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My preferred method for cutting corn off the cob:  balance the ears on a small upside-down bowl that’s placed inside of a larger flat-bottomed bowl or baking pan (picture here is an 8×8 pan).  You elevate the corn so you can cut all the way down the length of the ear without hitting the side of the dish with your knife blade, but you still catch almost all of your corn nibs! Another great idea: use a bundt pan if you’ve got one.  You’re welcome.

Grilled Creamed Corn
Originally posted in summer 2010; updated and with new pictures

Serves 2-3

5 ears fresh sweet corn
1 tablespoon butter
1 tablespoon flour (I use a generic glutenfree AP mix)
2/3 cup whole milk
1/4 cup buttermilk
1/2 tsp. kosher salt
1/4 tsp. aleppo pepper flakes (or red pepper flakes)
1/8 tsp. cayenne

Shuck the corn and soak for at least 5 minutes, up to 1 hour.  Heat your grill to high.  Place the corn on the grill with the length of the slats, so the corn nestles in between the grill slats.  Grill for 2-3 minutes until the bottom is partially charred and then turn the cob about a quarter of the way; repeat on all sides of the corn, which takes approximately 8-10 minutes, but be sure to keep an eye on it and turn when needed.  Remove from grill and allow to cool.  Once cool enough to handle, cut the corn from the cobs.  Melt the butter in a large skillet on medium heat; whisk in the flour and allow to cook for about 1 minutes, stirring constantly.  Increase the heat to medium high and slowly pour in the milk and buttermilk, whisking constantly to form a roux.  Once the milk is all in and there are no clumps, stir in the corn, salt, and spices.  Simmer for approximately 5 minutes on medium high heat, stirring almost constantly, crushing some of the corn against the bottom or the sides of the pan with a heavy spoon.  Serve warm.  Excellent reheated as well.

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Summer Veggie Confetti (or, Mixed Roasted Vegetables for Summer)
Serves 2-6, depending on how much you like your veg

Directly from Luisa at The Wednesday Chef, though I like a slightly different ratio of summery veggies, as follows:

1 medium onion
2 cloves garlic  (I use 1 tsp fermented garlic paste)
1 medium tomato
4-6 carrots
1 medium potato
2 small zucchini or summer squash (I like one yellow and one green)
1 small eggplant
1 bell pepper- any color (Luisa calls for red or yellow, but I actually really like a green pepper, or a mix of red and green)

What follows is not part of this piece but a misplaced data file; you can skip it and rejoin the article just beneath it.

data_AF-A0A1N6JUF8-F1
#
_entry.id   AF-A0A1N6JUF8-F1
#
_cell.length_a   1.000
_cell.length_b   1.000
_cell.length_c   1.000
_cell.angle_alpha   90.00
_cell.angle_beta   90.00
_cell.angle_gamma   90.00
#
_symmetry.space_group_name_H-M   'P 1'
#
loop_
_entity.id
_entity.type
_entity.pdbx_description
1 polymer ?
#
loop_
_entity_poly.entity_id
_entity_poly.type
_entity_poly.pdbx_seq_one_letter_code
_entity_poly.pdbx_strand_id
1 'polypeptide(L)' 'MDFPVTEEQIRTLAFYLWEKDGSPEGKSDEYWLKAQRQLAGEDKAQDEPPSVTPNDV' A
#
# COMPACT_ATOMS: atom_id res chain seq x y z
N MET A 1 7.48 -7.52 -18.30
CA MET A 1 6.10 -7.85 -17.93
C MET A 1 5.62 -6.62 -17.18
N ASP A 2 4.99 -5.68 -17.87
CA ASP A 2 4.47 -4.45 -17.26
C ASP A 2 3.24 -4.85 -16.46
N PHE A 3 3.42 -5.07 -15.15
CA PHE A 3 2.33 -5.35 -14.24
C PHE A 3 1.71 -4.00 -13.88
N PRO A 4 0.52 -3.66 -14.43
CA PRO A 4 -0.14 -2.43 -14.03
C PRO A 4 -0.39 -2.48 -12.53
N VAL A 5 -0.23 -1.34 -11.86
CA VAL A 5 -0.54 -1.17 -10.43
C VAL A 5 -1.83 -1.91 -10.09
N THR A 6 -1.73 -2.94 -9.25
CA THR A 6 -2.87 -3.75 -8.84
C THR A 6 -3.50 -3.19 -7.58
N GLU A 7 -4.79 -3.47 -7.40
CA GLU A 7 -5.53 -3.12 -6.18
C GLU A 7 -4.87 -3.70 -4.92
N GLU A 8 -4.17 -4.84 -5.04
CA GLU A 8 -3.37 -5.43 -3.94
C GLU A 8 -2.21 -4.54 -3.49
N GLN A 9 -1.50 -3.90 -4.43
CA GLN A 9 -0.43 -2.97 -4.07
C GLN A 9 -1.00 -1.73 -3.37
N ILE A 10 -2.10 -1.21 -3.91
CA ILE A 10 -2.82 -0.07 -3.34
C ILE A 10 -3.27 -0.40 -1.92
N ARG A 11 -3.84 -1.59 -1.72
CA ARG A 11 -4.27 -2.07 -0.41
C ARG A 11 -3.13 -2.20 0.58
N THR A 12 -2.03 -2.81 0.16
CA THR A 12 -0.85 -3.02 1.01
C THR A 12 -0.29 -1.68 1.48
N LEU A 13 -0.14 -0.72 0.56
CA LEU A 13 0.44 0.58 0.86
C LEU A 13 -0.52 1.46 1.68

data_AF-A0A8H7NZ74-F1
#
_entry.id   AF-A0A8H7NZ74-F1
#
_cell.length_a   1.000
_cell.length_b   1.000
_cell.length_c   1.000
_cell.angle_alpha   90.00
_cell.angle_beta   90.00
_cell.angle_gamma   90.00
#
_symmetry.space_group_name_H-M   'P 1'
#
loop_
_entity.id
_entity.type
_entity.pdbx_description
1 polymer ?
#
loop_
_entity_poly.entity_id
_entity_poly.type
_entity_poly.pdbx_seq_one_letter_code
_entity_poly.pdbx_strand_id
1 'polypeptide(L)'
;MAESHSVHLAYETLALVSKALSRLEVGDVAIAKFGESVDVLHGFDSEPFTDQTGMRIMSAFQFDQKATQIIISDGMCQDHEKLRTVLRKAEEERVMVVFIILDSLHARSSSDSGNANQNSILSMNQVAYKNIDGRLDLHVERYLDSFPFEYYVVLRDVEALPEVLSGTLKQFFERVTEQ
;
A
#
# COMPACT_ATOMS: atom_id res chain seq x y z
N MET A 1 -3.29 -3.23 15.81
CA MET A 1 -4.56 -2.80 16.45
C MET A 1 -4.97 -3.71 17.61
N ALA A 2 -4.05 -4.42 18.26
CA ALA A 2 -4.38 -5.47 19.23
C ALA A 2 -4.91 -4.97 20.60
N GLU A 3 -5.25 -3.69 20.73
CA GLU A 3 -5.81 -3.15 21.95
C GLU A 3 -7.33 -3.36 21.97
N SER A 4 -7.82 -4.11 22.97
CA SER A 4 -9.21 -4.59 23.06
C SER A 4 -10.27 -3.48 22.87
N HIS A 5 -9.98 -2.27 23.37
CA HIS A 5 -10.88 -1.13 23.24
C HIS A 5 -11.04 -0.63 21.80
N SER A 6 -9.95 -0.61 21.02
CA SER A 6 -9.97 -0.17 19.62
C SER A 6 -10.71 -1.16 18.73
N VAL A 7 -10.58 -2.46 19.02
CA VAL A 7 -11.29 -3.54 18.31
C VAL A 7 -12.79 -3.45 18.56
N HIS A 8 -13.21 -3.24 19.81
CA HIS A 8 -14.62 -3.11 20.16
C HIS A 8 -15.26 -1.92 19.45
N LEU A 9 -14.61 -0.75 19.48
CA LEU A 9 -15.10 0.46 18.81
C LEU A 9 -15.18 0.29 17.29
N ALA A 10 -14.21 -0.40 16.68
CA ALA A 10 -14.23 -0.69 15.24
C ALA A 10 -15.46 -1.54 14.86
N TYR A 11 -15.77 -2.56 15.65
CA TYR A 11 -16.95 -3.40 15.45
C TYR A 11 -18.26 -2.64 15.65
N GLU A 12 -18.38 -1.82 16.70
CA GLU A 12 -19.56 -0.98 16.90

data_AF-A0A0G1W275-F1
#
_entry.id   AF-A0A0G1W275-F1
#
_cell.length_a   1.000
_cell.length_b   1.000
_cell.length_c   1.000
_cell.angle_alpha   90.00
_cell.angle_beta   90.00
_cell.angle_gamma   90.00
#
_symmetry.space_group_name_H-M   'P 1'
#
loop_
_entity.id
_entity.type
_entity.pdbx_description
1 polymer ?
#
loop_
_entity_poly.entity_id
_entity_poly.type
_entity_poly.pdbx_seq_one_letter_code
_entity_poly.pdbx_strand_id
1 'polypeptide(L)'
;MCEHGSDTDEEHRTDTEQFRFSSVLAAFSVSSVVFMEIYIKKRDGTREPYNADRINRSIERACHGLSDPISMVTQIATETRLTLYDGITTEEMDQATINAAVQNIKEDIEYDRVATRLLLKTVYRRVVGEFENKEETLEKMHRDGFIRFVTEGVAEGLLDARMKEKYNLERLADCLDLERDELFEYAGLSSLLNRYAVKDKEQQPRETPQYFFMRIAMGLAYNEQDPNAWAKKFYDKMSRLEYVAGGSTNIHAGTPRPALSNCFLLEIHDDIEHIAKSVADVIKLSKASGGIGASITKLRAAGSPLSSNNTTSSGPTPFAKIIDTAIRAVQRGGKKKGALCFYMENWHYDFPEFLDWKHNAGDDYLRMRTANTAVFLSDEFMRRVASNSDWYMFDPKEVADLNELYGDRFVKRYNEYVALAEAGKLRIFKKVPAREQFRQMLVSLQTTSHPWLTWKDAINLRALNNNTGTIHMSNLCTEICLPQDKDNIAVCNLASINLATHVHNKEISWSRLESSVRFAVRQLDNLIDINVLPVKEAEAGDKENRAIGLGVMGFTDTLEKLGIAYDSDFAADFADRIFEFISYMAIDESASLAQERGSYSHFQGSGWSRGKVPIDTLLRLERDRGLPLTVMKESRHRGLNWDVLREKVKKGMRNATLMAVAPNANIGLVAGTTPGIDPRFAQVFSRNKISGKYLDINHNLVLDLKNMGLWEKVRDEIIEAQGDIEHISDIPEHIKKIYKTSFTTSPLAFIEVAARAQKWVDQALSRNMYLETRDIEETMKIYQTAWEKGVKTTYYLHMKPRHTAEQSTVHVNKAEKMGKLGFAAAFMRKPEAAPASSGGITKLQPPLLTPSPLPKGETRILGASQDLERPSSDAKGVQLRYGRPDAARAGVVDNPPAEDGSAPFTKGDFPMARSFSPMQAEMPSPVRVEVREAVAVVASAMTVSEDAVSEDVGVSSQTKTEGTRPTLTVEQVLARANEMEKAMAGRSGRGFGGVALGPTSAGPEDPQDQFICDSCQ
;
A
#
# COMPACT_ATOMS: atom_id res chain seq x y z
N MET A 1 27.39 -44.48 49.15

2-3 T. olive oil
1/2 tsp. kosher or crunchy salt (less if using table salt)1 tsp. dried herb/spice blend- I like an equal mix of dried basil, sage, thyme, and red pepper flakes

Preheat oven to 375 F.  Quarter the onion, then slice thinly.  Mince or crush the garlic.  Dice the remainder of the vegetables into 1/2 inch to 1 inch pieces, not letting any one piece get to be much bigger an an inch.  Toss veggies in a 9×13 baking pan, drizzle with oil, sprinkle with salt and herbs, and carefully mix to combine (careful not to crush the tomatoes too much).  Roast for 40-50 minutes, stirring twice- once after about 25 minutes, and again 10-15 minutes later.  Gorge. Feel virtuous for eating so many veggies. Repeat.

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Filed under 30 min. or less, Clean Eating, Gluten-Free, Side dishes, Summer, Vegetables, Vegetarian

the long stretch (whiskey-spiked iced tea)

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We’re in it.  Days are bright and hot. Nights are short and leave a film of dew on the yard.  Late nights and early mornings, watermelon and zucchini and peaches, dirty foot prints, darkened skin, gin and tonics.  The long stretch of high summer, July into August, is possibly the most fleeting time of the year, and I always feel a deep need to make the most of it.

Making a pitcher of this tea is possibly the easiest thing you could do to start the weekend off right.  Green and black teas, a couple lemons, a bottle of ginger beer, and our favorite brown liquor.  Whiskey has a firm grasp on fall and winter, but in this drink, it does right by summer too.  I’m particular to Bulleit Rye, but bourbon certainly isn’t bad.

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Whiskey-Spiked Iced Tea
Inspired by Thug Kitchen (nsfw!)
Makes about 84 oz.

2 bags black tea
2 bags green tea (ginger and/or citrus green tea is great too)
2 lemons
1/4 c. maple syrup (or agave or honey)
1-1/2 cups whiskey (rye or bourbon preferably)
1 bottle ginger beer

Pour 4 cups of boiling water over the black and green tea bags and let steep for 5 minutes.  Meanwhile, juice one of the lemons and thinly slice the other.  Remove the tea bags, add the maple syrup, and stir to dissolve.  To the tea add 4 cups of cold water, the lemon juice, and the whiskey, and stir to combine.  Add the lemon slices and let chill in the fridge.  Before serving, carefully stir in the bottle of ginger beer, starting with half of the bottle and adding more to taste. (This is for personal preference- I like more ginger beer, but most of my friends preferred less.)